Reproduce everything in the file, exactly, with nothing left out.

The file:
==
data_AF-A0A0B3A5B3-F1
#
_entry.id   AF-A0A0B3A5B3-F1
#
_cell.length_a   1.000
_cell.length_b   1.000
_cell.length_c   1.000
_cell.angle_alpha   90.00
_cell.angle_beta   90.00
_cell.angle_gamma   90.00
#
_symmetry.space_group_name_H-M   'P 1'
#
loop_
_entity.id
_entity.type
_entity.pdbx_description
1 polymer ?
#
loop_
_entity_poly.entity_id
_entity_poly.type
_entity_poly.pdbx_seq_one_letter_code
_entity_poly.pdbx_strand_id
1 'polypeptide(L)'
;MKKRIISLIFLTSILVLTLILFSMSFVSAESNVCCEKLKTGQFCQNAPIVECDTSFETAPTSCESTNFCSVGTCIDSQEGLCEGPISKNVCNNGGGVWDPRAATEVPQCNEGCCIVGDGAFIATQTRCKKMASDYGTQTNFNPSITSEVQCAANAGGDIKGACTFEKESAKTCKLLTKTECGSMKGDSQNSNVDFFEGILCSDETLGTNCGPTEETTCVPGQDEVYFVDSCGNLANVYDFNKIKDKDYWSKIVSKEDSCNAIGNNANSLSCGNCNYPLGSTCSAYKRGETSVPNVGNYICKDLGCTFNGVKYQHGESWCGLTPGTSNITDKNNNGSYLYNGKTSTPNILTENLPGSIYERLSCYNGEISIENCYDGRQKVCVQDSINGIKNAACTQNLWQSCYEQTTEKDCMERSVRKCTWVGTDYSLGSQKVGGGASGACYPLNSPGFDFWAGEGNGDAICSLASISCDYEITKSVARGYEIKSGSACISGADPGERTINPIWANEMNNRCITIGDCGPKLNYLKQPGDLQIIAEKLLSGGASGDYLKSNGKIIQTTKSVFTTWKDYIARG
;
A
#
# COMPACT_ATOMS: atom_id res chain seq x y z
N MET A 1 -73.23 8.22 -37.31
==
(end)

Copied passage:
data_AF-A0A0B3A5B3-F1
#
_entry.id   AF-A0A0B3A5B3-F1
#
_cell.length_a   1.000
_cell.length_b   1.000
_cell.length_c   1.000
_cell.angle_alpha   90.00
_cell.angle_beta   90.00
_cell.angle_gamma   90.00
#
_symmetry.space_group_name_H-M   'P 1'
#
loop_
_entity.id
_entity.type
_entity.pdbx_description
1 polymer ?
#
loop_
_entity_poly.entity_id
_entity_poly.type
_entity_poly.pdbx_seq_one_letter_code
_entity_poly.pdbx_strand_id
1 'polypeptide(L)'
;MKKRIISLIFLTSILVLTLILFSMSFVSAESNVCCEKLKTGQFCQNAPIVECDTSFETAPTSCESTNFCSVGTCIDSQEGLCEGPISKNVCNNGGGVWDPRAATEVPQCNEGCCIVGDGAFIATQTRCKKMASDYGTQTNFNPSITSEVQCAANAGGDIKGACTFEKESAKTCKLLTKTECGSMKGDSQNSNVDFFEGILCSDETLGTNCGPTEETTCVPGQDEVYFVDSCGNLANVYDFNKIKDKDYWSKIVSKEDSCNAIGNNANSLSCGNCNYPLGSTCSAYKRGETSVPNVGNYICKDLGCTFNGVKYQHGESWCGLTPGTSNITDKNNNGSYLYNGKTSTPNILTENLPGSIYERLSCYNGEISIENCYDGRQKVCVQDSINGIKNAACTQNLWQSCYEQTTEKDCMERSVRKCTWVGTDYSLGSQKVGGGASGACYPLNSPGFDFWAGEGNGDAICSLASISCDYEITKSVARGYEIKSGSACISGADPGERTINPIWANEMNNRCITIGDCGPKLNYLKQPGDLQIIAEKLLSGGASGDYLKSNGKIIQTTKSVFTTWKDYIARG
;
A
#
# COMPACT_ATOMS: atom_id res chain seq x y z
N MET A 1 -73.23 8.22 -37.31